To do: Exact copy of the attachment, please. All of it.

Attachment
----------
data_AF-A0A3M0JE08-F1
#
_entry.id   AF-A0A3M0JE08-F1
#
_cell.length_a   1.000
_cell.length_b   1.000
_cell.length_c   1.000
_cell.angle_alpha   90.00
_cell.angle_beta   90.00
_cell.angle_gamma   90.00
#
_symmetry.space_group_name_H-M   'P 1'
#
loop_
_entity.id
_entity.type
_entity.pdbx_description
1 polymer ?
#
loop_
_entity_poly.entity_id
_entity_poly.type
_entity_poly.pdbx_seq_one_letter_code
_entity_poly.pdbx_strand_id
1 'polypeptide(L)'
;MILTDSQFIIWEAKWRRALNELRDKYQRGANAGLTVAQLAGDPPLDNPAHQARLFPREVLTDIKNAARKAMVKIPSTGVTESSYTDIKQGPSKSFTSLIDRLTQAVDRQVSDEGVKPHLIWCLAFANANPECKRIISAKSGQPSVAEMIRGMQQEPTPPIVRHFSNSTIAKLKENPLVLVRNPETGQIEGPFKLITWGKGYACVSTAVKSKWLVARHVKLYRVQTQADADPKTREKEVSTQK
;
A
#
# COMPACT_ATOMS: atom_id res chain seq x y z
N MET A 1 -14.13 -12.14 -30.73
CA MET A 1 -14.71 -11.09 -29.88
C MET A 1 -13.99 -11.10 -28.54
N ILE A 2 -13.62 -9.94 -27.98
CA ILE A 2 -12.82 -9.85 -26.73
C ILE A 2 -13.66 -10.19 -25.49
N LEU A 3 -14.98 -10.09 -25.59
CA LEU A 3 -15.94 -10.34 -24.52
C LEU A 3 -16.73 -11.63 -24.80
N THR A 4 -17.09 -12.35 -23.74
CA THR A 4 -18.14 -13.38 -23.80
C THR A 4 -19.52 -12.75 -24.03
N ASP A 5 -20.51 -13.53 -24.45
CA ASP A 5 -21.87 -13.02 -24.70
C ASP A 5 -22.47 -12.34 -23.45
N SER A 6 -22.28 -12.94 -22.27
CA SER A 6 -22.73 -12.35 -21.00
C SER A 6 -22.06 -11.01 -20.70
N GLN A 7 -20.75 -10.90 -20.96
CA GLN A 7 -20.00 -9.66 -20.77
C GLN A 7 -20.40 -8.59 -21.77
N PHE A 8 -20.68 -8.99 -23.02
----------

data_AF-A0A3M0JE08-F1
#
_entry.id   AF-A0A3M0JE08-F1
#
_cell.length_a   1.000
_cell.length_b   1.000
_cell.length_c   1.000
_cell.angle_alpha   90.00
_cell.angle_beta   90.00
_cell.angle_gamma   90.00
#
_symmetry.space_group_name_H-M   'P 1'
#
loop_
_entity.id
_entity.type
_entity.pdbx_description
1 polymer ?
#
loop_
_entity_poly.entity_id
_entity_poly.type
_entity_poly.pdbx_seq_one_letter_code
_entity_poly.pdbx_strand_id
1 'polypeptide(L)'
;MILTDSQFIIWEAKWRRALNELRDKYQRGANAGLTVAQLAGDPPLDNPAHQARLFPREVLTDIKNAARKAMVKIPSTGVTESSYTDIKQGPSKSFTSLIDRLTQAVDRQVSDEGVKPHLIWCLAFANANPECKRIISAKSGQPSVAEMIRGMQQEPTPPIVRHFSNSTIAKLKENPLVLVRNPETGQIEGPFKLITWGKGYACVSTAVKSKWLVARHVKLYRVQTQADADPKTREKEVSTQK
;
A
#
# COMPACT_ATOMS: atom_id res chain seq x y z
N MET A 1 -14.13 -12.14 -30.73
CA MET A 1 -14.71 -11.09 -29.88
C MET A 1 -13.99 -11.10 -28.54
N ILE A 2 -13.62 -9.94 -27.98
CA ILE A 2 -12.82 -9.85 -26.73
C ILE A 2 -13.66 -10.19 -25.49
N LEU A 3 -14.98 -10.09 -25.59
CA LEU A 3 -15.94 -10.34 -24.52
C LEU A 3 -16.73 -11.63 -24.80
N THR A 4 -17.09 -12.35 -23.74
CA THR A 4 -18.14 -13.38 -23.80
C THR A 4 -19.52 -12.75 -24.03
N ASP A 5 -20.51 -13.53 -24.45
CA ASP A 5 -21.87 -13.02 -24.70
C ASP A 5 -22.47 -12.34 -23.45
N SER A 6 -22.28 -12.94 -22.27
CA SER A 6 -22.73 -12.35 -21.00
C SER A 6 -22.06 -11.01 -20.70
N GLN A 7 -20.75 -10.90 -20.96
CA GLN A 7 -20.00 -9.66 -20.77
C GLN A 7 -20.40 -8.59 -21.77
N PHE A 8 -20.68 -8.99 -23.02